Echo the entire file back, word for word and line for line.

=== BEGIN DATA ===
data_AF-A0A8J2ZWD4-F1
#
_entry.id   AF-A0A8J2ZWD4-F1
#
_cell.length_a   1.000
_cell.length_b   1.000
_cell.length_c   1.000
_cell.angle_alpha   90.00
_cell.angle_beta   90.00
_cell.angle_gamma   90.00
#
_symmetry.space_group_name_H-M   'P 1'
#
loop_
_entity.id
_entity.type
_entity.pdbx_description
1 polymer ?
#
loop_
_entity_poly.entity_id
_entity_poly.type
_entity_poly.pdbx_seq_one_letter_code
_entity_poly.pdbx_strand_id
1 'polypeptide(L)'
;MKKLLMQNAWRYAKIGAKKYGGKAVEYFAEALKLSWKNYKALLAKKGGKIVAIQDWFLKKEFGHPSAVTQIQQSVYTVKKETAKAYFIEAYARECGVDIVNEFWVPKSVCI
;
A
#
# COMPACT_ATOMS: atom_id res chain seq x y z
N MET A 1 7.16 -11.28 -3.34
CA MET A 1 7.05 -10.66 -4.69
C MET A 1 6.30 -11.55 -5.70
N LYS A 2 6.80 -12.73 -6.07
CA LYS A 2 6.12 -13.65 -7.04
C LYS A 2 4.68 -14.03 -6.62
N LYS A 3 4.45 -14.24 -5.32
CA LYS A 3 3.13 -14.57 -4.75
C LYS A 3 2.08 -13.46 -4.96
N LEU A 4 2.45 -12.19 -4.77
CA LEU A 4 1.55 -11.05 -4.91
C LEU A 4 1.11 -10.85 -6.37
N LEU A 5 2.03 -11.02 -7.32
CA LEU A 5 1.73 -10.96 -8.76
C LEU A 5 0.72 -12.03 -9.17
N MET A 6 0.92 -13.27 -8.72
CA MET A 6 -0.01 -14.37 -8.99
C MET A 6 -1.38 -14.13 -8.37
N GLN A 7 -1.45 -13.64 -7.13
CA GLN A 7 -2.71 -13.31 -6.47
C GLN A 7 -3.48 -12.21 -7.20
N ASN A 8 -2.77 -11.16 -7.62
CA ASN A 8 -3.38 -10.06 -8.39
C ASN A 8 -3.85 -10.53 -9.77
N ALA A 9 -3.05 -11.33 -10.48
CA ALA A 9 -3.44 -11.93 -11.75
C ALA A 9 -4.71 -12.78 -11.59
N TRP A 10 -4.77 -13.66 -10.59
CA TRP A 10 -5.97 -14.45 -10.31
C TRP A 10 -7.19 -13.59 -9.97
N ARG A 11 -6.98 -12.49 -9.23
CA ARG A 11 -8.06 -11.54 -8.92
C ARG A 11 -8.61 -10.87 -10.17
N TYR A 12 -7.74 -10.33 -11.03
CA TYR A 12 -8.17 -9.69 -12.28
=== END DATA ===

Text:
data_AF-A0A8J2ZWD4-F1
#
_entry.id   AF-A0A8J2ZWD4-F1
#
_cell.length_a   1.000
_cell.length_b   1.000
_cell.length_c   1.000
_cell.angle_alpha   90.00
_cell.angle_beta   90.00
_cell.angle_gamma   90.00
#
_symmetry.space_group_name_H-M   'P 1'
#
loop_
_entity.id
_entity.type
_entity.pdbx_description
1 polymer ?
#
loop_
_entity_poly.entity_id
_entity_poly.type
_entity_poly.pdbx_seq_one_letter_code
_entity_poly.pdbx_strand_id
1 'polypeptide(L)'
;MKKLLMQNAWRYAKIGAKKYGGKAVEYFAEALKLSWKNYKALLAKKGGKIVAIQDWFLKKEFGHPSAVTQIQQSVYTVKKETAKAYFIEAYARECGVDIVNEFWVPKSVCI
;
A
#
# COMPACT_ATOMS: atom_id res chain seq x y z
N MET A 1 7.16 -11.28 -3.34
CA MET A 1 7.05 -10.66 -4.69
C MET A 1 6.30 -11.55 -5.70
N LYS A 2 6.80 -12.73 -6.07
CA LYS A 2 6.12 -13.65 -7.04
C LYS A 2 4.68 -14.03 -6.62
N LYS A 3 4.45 -14.24 -5.32
CA LYS A 3 3.13 -14.57 -4.75
C LYS A 3 2.08 -13.46 -4.96
N LEU A 4 2.45 -12.19 -4.77
CA LEU A 4 1.55 -11.05 -4.91
C LEU A 4 1.11 -10.85 -6.37
N LEU A 5 2.03 -11.02 -7.32
CA LEU A 5 1.73 -10.96 -8.76
C LEU A 5 0.72 -12.03 -9.17
N MET A 6 0.92 -13.27 -8.72
CA MET A 6 -0.01 -14.37 -8.99
C MET A 6 -1.38 -14.13 -8.37
N GLN A 7 -1.45 -13.64 -7.13
CA GLN A 7 -2.71 -13.31 -6.47
C GLN A 7 -3.48 -12.21 -7.20
N ASN A 8 -2.77 -11.16 -7.62
CA ASN A 8 -3.38 -10.06 -8.39
C ASN A 8 -3.85 -10.53 -9.77
N ALA A 9 -3.05 -11.33 -10.48
CA ALA A 9 -3.44 -11.93 -11.75
C ALA A 9 -4.71 -12.78 -11.59
N TRP A 10 -4.77 -13.66 -10.59
CA TRP A 10 -5.97 -14.45 -10.31
C TRP A 10 -7.19 -13.59 -9.97
N ARG A 11 -6.98 -12.49 -9.23
CA ARG A 11 -8.06 -11.54 -8.92
C ARG A 11 -8.61 -10.87 -10.17
N TYR A 12 -7.74 -10.33 -11.03
CA TYR A 12 -8.17 -9.69 -12.28